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Facilities that receive a letter of non-compliance may submit a request for reconsideration to CMS via email no later than 11:59pm PST, August 7, 2018.
TEP Summary Report Available: Development of Quality Measures for the Transfer of Health Information and Care Preferences Domain - Transfer of Medication Profile
The technical expert panel (TEP) Meeting 4 summary report for the Development of Measures under the Transfer of Health Information and Care Preferences domain is now available. This report summarizes proceedings from a follow-up cross-setting TEP meeting, which included in-depth discussion and input on the following topics:
· Revisions to the measure concept and measure specifications since the TEP last met
· The draft cross-setting Transfer of Medication Profile measures for Skilled Nursing Facilities, Inpatient Rehabilitation Facilities, Long-Term Care Hospitals, and Home Health Agencies
· The items used to calculate the quality measure
· Importance and feasibility of Information to be included in the medication profile to meet the measure criteria
· Items collecting routes of transfer of the medication profile
Requirement to Reduce Legionella Risk in Healthcare Facility Water Systems to Prevent Cases and Outbreaks of Legionnaires’ Disease (LD)
***Revised 07.06.2018 to Clarify Expectations for Providers, Accrediting Organizations, and Surveyors*** ***Revised 06.09.2017 to Clarify Provider Types Affected***
• Legionella Infections: The bacterium Legionella can cause a serious type of pneumonia called LD in persons at risk. Those at risk include persons who are at least 50 years old, smokers, or those with underlying medical conditions such as chronic lung disease or immunosuppression. Outbreaks have been linked to poorly maintained water systems in buildings with large or complex water systems including hospitals and long-term care facilities. Transmission can occur via aerosols from devices such as showerheads, cooling towers, hot tubs, and decorative fountains.
• Facility Requirements to Prevent Legionella Infections: Facilities must develop and adhere to policies and procedures that inhibit microbial growth in building water systems that reduce the risk of growth and spread of legionella and other opportunistic pathogens in water.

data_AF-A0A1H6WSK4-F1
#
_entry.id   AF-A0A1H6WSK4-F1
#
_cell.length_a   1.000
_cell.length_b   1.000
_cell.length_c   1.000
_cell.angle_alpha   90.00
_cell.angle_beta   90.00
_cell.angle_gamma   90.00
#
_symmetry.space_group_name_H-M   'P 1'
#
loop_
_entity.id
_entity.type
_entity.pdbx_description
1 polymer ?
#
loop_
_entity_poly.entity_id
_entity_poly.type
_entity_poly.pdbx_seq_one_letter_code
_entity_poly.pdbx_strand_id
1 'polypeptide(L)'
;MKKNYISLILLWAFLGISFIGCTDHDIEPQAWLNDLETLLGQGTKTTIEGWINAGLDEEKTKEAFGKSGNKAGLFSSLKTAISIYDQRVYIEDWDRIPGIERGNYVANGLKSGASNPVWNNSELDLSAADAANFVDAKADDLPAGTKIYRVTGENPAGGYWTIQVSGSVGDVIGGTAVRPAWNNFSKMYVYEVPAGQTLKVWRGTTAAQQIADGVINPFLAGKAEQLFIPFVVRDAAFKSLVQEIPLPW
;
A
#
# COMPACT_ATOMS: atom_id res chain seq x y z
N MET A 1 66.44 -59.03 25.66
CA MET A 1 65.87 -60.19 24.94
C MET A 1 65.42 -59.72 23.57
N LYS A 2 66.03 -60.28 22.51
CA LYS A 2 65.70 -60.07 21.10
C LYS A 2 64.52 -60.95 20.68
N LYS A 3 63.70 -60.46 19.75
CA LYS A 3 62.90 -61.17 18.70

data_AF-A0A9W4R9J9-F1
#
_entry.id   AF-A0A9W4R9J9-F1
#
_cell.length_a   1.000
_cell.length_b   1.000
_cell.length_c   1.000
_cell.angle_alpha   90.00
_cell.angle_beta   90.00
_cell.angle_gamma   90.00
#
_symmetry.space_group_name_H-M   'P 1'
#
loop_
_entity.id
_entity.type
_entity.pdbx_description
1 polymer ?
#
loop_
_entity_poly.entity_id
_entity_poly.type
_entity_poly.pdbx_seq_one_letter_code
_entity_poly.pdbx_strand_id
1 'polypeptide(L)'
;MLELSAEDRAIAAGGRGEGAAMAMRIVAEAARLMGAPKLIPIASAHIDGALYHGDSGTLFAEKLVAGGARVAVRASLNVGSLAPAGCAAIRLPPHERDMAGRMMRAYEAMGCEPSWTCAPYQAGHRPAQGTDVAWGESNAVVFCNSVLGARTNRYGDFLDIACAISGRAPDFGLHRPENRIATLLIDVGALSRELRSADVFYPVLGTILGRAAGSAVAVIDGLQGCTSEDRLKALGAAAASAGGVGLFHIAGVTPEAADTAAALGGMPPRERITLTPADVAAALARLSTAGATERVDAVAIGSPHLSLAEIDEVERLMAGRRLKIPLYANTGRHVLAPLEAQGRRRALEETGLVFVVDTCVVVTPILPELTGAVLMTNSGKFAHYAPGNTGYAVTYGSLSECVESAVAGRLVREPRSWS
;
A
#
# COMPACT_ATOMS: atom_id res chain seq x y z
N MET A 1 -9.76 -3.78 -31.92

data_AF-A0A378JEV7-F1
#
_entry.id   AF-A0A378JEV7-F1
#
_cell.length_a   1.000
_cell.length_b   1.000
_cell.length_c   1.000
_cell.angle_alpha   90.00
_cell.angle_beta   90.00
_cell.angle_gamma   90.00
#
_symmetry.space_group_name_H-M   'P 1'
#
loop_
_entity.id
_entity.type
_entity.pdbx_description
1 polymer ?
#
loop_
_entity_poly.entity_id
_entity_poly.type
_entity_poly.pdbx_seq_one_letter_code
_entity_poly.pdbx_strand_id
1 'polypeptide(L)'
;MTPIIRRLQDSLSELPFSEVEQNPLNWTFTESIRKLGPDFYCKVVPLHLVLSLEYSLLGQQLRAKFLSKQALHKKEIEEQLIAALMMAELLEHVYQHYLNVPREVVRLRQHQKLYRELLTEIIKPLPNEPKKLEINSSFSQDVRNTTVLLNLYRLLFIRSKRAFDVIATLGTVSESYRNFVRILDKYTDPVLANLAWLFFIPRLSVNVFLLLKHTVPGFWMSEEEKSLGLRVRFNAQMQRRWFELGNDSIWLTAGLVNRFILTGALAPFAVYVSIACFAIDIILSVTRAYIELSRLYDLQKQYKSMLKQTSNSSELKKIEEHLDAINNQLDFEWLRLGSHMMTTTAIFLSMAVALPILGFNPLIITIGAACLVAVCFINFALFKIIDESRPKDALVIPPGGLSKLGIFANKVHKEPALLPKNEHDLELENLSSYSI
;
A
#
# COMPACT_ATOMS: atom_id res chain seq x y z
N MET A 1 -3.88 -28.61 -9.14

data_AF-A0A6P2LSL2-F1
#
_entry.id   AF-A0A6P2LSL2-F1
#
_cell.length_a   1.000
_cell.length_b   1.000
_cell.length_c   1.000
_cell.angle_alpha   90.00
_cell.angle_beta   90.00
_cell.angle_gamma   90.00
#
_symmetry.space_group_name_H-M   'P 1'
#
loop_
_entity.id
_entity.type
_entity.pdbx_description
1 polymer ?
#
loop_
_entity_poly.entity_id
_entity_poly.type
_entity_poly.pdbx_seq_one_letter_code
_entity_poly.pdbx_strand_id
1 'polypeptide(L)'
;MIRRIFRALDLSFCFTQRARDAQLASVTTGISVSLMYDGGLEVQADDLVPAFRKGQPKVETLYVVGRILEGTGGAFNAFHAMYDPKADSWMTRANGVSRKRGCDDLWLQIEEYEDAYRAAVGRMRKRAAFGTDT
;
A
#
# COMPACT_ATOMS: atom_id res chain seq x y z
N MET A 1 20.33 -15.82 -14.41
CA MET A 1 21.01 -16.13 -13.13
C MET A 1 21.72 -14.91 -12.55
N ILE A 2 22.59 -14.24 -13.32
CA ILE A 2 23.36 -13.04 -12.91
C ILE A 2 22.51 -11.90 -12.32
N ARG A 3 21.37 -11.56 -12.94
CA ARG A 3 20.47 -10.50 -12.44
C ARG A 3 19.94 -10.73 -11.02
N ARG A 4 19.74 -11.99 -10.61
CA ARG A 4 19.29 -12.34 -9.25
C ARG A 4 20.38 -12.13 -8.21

Topics covered include:
The Agency for Healthcare Research and Quality (AHRQ), in conjunction with the Johns Hopkins Medicine Armstrong Institute for Patient Safety and Quality and NORC at The University of Chicago, created the AHRQ Safety Program for Improving Antibiotic Use to develop and implement a bundle of interventions designed to improve antibiotic stewardship and antibiotic prescribing practices across acute care, long-term care, and ambulatory care facilities across the United States.
Memo # 18-18-NH
Posting Date 2018-06-15
Fiscal Year 2018
This memo replaces the following Survey & Certification (S&C) Memos: 16-31-NH released July 22, 2016 and revised on July 29, 2016, and S&C: 18-01-NH, released in draft on October 27, 2017. The October 2017 memo solicited comments on a proposed directive requiring, for certain situations, immediate imposition of federal remedies on Medicare and Medicaid participating skilled nursing facilities. After reviewing comments, CMS is issuing a final version of the directive. Substantive revisions to the prior Immediate Imposition of Federal Remedies guidance include:
In May 2017, CMS released an Advanced Notice of Proposed Rulemaking (ANPRM) which outlined a new case-mix model, the Resident Classification System, Version I (RCS-I), that would be used to replace the existing RUG-IV case-mix model, used to classify residents in a covered Part A stay into payment groups under the SNF PPS. Since the ANPRM, we continued our stakeholder engagement efforts to address the concerns and questions raised by commenters with RCS-I. This resulted in significant changes to the RCS-I model, which have prompted us to rename the proposed model discussed in the FY 2019 SNF PPS Notice of Proposed Rulemaking (NPRM) the SNF Patient Driven Payment Model (PDPM).
Sitting with your feet in the sand, sunscreen on, ready to lean back and finally start reading that book that’s been at the top of your list for weeks—it’s official, you’re on vacation! One paragraph in and you set down the book with a sigh, distracted by thoughts of work. Did Mr. Jones really discharge today as planned? Did Mrs. Elderberry refuse therapy today? Who will adjust the assessment reference date of the Discharge assessments? Will anyone remember to open an End of Therapy assessment? You grab your cell phone, knowing that if you don’t check you’ll be stressed out the rest of the day.
Is this your idea of a vacation? For many nurse assessment coordinators (NACs) it is, but it doesn’t have to be.
Here are some strategies to achieving a vacation free from work-related guilt and stress.
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